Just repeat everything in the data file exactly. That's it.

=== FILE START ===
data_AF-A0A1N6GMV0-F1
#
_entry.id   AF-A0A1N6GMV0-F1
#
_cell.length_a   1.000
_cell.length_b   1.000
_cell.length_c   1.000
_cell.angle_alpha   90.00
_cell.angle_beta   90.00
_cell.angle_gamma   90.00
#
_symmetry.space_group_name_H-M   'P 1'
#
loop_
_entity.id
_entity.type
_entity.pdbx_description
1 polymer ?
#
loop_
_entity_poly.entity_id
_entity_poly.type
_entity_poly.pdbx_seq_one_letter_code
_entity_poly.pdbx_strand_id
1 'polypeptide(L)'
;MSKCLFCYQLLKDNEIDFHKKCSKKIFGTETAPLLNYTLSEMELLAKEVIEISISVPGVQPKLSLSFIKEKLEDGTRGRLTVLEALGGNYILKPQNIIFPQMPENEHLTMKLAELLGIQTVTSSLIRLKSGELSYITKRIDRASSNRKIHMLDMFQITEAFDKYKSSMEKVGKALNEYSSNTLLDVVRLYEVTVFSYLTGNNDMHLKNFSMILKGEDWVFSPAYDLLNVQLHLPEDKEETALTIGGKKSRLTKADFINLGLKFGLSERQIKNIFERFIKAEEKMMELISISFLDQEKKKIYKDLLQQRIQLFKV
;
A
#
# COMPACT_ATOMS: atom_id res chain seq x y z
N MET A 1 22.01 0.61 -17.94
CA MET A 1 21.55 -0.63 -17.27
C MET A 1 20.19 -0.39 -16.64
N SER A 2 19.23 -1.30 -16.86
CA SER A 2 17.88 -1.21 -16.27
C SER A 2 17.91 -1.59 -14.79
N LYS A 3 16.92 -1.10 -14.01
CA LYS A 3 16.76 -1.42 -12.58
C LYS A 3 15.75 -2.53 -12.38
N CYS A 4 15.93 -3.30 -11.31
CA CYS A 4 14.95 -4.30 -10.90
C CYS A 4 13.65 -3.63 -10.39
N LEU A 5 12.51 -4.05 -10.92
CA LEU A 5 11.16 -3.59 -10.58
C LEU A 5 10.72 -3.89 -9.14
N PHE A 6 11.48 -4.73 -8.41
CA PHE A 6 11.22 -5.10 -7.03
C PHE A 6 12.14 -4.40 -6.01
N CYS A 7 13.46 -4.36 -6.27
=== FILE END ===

data_AF-A0A1N6GMV0-F1
#
_entry.id   AF-A0A1N6GMV0-F1
#
_cell.length_a   1.000
_cell.length_b   1.000
_cell.length_c   1.000
_cell.angle_alpha   90.00
_cell.angle_beta   90.00
_cell.angle_gamma   90.00
#
_symmetry.space_group_name_H-M   'P 1'
#
loop_
_entity.id
_entity.type
_entity.pdbx_description
1 polymer ?
#
loop_
_entity_poly.entity_id
_entity_poly.type
_entity_poly.pdbx_seq_one_letter_code
_entity_poly.pdbx_strand_id
1 'polypeptide(L)'
;MSKCLFCYQLLKDNEIDFHKKCSKKIFGTETAPLLNYTLSEMELLAKEVIEISISVPGVQPKLSLSFIKEKLEDGTRGRLTVLEALGGNYILKPQNIIFPQMPENEHLTMKLAELLGIQTVTSSLIRLKSGELSYITKRIDRASSNRKIHMLDMFQITEAFDKYKSSMEKVGKALNEYSSNTLLDVVRLYEVTVFSYLTGNNDMHLKNFSMILKGEDWVFSPAYDLLNVQLHLPEDKEETALTIGGKKSRLTKADFINLGLKFGLSERQIKNIFERFIKAEEKMMELISISFLDQEKKKIYKDLLQQRIQLFKV
;
A
#
# COMPACT_ATOMS: atom_id res chain seq x y z
N MET A 1 22.01 0.61 -17.94
CA MET A 1 21.55 -0.63 -17.27
C MET A 1 20.19 -0.39 -16.64
N SER A 2 19.23 -1.30 -16.86
CA SER A 2 17.88 -1.21 -16.27
C SER A 2 17.91 -1.59 -14.79
N LYS A 3 16.92 -1.10 -14.01
CA LYS A 3 16.76 -1.42 -12.58
C LYS A 3 15.75 -2.53 -12.38
N CYS A 4 15.93 -3.30 -11.31
CA CYS A 4 14.95 -4.30 -10.90
C CYS A 4 13.65 -3.63 -10.39
N LEU A 5 12.51 -4.05 -10.92
CA LEU A 5 11.16 -3.59 -10.58
C LEU A 5 10.72 -3.89 -9.14
N PHE A 6 11.48 -4.73 -8.41
CA PHE A 6 11.22 -5.10 -7.03
C PHE A 6 12.14 -4.40 -6.01
N CYS A 7 13.46 -4.36 -6.27